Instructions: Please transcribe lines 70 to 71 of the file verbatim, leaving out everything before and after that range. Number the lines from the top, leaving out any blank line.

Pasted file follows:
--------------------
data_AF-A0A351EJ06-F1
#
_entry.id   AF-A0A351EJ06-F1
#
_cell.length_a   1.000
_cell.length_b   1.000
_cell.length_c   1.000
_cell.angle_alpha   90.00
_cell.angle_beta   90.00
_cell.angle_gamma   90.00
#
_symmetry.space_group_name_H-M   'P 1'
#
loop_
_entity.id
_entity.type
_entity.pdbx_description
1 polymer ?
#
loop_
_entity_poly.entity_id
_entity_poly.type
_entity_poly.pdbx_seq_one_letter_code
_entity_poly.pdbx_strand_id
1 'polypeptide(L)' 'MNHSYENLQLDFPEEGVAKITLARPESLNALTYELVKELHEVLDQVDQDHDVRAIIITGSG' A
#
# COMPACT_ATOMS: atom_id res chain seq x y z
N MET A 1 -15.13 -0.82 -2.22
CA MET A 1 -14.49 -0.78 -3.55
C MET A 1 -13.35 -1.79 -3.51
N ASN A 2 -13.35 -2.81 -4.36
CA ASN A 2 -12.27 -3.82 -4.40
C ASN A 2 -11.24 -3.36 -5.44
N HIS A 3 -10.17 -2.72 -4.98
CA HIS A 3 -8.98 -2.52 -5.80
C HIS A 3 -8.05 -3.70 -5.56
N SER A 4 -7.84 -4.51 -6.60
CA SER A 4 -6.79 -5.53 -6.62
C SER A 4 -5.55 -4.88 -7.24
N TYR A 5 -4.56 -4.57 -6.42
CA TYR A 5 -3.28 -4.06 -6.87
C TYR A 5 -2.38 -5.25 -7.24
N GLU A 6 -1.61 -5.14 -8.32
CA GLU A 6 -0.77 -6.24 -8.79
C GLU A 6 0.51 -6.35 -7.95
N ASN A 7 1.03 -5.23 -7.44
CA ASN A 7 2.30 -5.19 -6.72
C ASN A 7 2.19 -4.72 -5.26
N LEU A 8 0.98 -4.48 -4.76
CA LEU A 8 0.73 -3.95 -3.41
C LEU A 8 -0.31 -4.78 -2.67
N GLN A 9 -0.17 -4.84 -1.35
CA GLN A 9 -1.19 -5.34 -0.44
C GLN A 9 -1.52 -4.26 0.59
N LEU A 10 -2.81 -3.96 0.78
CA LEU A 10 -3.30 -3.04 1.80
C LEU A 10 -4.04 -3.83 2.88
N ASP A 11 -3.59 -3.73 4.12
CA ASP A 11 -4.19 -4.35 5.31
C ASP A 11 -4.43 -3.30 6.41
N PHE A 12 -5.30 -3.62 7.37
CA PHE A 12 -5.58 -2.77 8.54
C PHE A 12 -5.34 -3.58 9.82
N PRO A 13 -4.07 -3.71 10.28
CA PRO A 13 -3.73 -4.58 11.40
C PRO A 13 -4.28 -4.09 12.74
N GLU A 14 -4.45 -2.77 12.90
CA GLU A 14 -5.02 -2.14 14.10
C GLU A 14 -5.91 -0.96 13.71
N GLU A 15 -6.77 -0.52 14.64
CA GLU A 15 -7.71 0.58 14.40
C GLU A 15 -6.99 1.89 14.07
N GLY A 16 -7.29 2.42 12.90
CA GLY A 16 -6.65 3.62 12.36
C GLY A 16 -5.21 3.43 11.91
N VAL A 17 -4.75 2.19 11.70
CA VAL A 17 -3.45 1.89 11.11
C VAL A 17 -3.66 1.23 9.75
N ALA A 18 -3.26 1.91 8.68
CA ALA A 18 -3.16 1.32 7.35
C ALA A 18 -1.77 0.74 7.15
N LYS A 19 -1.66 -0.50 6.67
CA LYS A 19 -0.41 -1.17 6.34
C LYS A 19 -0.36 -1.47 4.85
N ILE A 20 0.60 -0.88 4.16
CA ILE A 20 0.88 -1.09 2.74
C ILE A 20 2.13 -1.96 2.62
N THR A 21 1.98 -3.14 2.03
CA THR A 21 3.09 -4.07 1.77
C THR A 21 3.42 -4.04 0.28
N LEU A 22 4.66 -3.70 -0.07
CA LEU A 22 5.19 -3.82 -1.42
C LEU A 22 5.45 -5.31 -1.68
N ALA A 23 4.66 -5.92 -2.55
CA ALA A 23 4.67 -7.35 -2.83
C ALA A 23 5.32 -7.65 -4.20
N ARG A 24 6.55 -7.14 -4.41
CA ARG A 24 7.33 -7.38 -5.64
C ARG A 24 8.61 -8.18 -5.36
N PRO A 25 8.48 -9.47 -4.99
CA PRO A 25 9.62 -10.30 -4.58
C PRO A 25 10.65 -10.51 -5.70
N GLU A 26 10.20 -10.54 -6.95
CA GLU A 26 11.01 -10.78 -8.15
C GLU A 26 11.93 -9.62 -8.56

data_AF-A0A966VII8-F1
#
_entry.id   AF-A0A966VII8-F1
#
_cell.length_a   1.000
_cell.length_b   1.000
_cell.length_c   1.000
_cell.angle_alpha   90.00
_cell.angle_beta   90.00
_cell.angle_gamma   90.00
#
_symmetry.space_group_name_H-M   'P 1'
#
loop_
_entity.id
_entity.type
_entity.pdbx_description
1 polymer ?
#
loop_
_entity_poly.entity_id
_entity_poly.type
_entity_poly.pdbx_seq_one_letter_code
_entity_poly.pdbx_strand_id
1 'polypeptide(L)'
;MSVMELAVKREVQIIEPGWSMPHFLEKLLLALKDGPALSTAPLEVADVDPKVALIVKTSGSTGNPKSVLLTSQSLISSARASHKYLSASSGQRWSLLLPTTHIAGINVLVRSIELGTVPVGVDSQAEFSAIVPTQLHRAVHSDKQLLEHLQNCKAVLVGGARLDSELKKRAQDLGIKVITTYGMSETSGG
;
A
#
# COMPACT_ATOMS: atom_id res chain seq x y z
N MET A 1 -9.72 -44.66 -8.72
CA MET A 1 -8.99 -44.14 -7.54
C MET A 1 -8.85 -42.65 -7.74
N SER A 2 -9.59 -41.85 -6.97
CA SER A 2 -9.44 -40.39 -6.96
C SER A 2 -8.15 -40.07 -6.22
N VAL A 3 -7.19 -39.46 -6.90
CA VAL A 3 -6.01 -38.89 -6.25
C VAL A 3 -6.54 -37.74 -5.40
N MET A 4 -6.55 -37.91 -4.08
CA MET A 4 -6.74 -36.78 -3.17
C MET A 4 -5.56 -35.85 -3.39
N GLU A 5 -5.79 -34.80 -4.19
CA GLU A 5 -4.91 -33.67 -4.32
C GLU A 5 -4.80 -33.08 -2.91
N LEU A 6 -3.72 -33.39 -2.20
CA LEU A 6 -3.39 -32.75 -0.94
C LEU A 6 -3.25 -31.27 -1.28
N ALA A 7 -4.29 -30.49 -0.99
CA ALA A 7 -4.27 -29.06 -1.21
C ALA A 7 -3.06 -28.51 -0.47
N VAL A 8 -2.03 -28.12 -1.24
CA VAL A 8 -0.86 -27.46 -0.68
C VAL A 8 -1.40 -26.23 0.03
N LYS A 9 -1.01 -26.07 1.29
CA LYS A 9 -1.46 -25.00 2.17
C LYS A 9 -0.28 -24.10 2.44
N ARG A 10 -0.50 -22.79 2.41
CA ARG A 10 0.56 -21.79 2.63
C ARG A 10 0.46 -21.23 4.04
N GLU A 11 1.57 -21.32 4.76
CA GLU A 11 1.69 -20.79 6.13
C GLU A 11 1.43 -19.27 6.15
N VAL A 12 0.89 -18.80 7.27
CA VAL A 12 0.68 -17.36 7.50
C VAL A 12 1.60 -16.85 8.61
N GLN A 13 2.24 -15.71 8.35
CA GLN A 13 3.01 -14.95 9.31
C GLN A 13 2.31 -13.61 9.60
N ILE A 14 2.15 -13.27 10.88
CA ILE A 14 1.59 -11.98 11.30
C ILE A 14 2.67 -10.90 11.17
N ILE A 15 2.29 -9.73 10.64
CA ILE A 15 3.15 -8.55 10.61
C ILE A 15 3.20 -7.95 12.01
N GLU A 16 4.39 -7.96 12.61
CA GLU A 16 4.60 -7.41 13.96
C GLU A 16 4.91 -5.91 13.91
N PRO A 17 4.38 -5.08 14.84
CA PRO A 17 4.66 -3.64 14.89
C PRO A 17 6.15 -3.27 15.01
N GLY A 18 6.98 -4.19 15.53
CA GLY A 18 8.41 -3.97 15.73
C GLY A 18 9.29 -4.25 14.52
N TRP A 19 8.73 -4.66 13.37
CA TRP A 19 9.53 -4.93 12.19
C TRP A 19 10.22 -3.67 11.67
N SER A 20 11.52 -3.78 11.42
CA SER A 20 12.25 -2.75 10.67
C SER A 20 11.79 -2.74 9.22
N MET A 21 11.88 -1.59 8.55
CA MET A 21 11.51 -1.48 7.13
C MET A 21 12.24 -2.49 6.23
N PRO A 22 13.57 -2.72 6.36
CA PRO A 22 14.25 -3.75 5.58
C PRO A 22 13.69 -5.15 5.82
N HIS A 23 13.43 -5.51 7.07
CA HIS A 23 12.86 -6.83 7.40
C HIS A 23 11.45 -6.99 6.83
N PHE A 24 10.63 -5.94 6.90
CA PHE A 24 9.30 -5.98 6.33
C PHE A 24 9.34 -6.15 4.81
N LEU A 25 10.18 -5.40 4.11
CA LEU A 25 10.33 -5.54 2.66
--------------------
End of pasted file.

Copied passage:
N GLU A 15 -6.77 -0.52 14.64
CA GLU A 15 -7.71 0.58 14.40